At the same time, Democratic Registrar of Voters Shannel Evans also started registering voters, bringing the total number of election workers doing so at the site to three. Evans was unable to respond to request for comment.

An hour later, U.S. Rep. Rosa DeLauro, D-New Haven, arrived at City Hall to help speed up the registration issue. She was joined by a group of students from Yale Law School and “every volunteer attorney” available at Secretary of the State Denise Merrill’s office, according to a quote from Merrill’s spokesman, Gabe Rosenberg, to the New Haven Independent.

According to Rosenberg, as the registration deadline loomed closer, attorneys from Merrill’s office advised election workers to divide waiting voters into two groups — those who had been previously registered in Connecticut and first-time voters in the state. At around 7:30 p.m., first-time voters began to cast their ballots after filling out registration forms and swearing en-masse that they had never voted in Connecticut before. Rosenberg added that to be cautious, ballots from that special group were separated from the rest of the ballots in case questions arose afterwards.

Dan Barrett, legal director of the American Civil Liberties Union of Connecticut, released a press statement criticizing the slow process, calling the long lines a “completely avoidable situation.”

“New Haven’s repeated failure to staff its polling places with enough workers to ensure people’s rights to vote is practically inviting a lawsuit,” Barrett said. “The 8 p.m. cutoff imposed today in New Haven is artificial, does not carry the weight of the law, and is based on a non-binding advisory opinion from the Secretary of the State’s office, not the letter of the law.”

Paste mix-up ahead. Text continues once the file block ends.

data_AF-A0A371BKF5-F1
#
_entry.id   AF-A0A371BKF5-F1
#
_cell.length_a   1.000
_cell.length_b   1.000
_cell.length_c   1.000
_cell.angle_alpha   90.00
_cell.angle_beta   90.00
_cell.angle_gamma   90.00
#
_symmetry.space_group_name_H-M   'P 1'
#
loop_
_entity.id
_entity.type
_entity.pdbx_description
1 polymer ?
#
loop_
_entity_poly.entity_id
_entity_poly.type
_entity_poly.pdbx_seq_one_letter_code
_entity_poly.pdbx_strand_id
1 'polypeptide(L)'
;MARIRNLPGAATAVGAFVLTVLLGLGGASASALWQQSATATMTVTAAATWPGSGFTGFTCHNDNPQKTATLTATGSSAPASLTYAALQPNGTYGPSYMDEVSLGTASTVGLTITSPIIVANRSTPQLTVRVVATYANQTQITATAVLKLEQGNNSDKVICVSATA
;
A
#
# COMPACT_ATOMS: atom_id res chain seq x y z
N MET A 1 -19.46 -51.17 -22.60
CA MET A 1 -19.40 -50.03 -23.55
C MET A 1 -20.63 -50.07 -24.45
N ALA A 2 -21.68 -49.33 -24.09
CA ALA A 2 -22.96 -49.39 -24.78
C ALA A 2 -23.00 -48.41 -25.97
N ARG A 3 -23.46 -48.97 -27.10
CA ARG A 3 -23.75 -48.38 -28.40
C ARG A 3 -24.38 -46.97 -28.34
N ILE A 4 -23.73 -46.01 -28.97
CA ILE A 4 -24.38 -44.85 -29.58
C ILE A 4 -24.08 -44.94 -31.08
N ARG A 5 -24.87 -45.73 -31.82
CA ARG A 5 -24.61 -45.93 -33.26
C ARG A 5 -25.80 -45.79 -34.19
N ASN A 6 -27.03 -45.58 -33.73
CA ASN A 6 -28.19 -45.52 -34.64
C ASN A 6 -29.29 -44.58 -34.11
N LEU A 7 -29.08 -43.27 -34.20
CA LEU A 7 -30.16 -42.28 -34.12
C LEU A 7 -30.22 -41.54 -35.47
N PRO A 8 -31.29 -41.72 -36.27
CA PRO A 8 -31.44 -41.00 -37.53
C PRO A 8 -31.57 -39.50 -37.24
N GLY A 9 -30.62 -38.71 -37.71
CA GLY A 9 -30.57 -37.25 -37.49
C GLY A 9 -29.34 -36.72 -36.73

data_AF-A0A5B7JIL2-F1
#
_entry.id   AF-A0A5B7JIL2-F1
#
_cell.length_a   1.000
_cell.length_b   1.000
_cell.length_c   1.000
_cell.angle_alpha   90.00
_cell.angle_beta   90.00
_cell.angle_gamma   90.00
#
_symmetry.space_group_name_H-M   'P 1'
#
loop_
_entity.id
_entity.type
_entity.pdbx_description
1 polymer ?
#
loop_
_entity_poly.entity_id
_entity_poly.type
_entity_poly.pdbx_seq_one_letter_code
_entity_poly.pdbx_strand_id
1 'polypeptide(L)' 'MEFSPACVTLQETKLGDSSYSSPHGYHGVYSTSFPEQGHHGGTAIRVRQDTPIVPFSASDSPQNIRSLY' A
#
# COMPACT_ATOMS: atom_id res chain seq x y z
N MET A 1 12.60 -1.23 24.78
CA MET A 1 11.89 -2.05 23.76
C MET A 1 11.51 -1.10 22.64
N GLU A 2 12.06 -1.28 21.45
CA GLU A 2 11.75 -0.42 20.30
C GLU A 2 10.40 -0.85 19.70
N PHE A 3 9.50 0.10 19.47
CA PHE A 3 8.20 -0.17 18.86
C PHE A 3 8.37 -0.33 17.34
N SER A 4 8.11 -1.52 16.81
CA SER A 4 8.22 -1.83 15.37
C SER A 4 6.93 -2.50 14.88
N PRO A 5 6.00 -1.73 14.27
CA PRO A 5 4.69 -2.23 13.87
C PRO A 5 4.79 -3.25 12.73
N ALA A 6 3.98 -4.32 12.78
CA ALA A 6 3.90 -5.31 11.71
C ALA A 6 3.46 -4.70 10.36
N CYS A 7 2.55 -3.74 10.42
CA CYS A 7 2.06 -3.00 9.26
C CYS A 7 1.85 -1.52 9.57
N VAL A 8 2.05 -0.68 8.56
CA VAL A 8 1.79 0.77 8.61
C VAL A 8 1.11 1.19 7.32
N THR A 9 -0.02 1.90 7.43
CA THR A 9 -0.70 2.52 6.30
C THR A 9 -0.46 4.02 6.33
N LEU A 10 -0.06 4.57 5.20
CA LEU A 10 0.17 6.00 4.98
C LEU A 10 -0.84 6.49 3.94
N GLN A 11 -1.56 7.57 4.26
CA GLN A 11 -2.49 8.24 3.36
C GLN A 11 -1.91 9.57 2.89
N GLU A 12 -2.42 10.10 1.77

Rhea Christmas LAW ’21 and Anna Wherry LAW ’21, both near the end of the line at 5 p.m., said that they had been at City Hall for 3.5 hours. According to Christmas, at around 4 p.m., city officials started telling arriving voters that they would not have enough time to vote.

“[The lines] are making it impossible for all the people who were going to come vote today for such a big election to register,” Christmas said. “We’re fortunate because we’re students, but not everyone can wait for five hours.”

Other voters also noted that the long lines were turning voters away. Avery Arena ’21, who spent almost four hours waiting to register, said that she’d “seen a lot of people come in, see the line and leave.” Arena added that the situation was “terrible,” especially considering that many Yale students had already experienced issues while requesting absentee ballots in the days leading up to the elections.

During the past few weeks, Yale’s Campus Mail Service has been returning students’ absentee ballots back to the sender if the students sent their ballots to their residential colleges instead of to a P.O. box, which students must rent to receive mail on campus. After multiple students contacted University administration about their missing ballots, Yale spokesman Tom Conroy told the News that the University was working to resolve the issue by delivering absentee ballots to students who do not have a P.O. box.

Hayley McClintock GRD ’24 was near the start of the line at 5 p.m. and had already been waiting for 1.5 hours when she spoke to the News. McClintock said she was surprised that only two workers were registering the voters, adding that she was concerned that she would be unable to register before the polls closed.

While New Haven resident Sarah Hill had also been waiting in line for multiple hours, she said she was “excited” that such a large number of people were waiting to register, describing the turnout as “inspiring.”

Yale student Ali Futter ’19 was also more positive about the line, noting that there was a sense of unity in the building.

“One thing that’s been very uplifting is that there was an impromptu yoga class while we were in line, and it was really unifying to see everybody participate,” Futter said.

New Haven has also faced challenges with same-day voter registration in the 2014 and 2016 election. In both the presidential election and the last midterm election, registration was held in the same space at City Hall. According to the Hartford Courant, about 100 voters were turned away at the 8 p.m. registration deadline in the 2014 midterm elections and the registration site was also understaffed in the 2016 presidential elections.

Aakshi Chaba | aakshi.chaba@yale.edu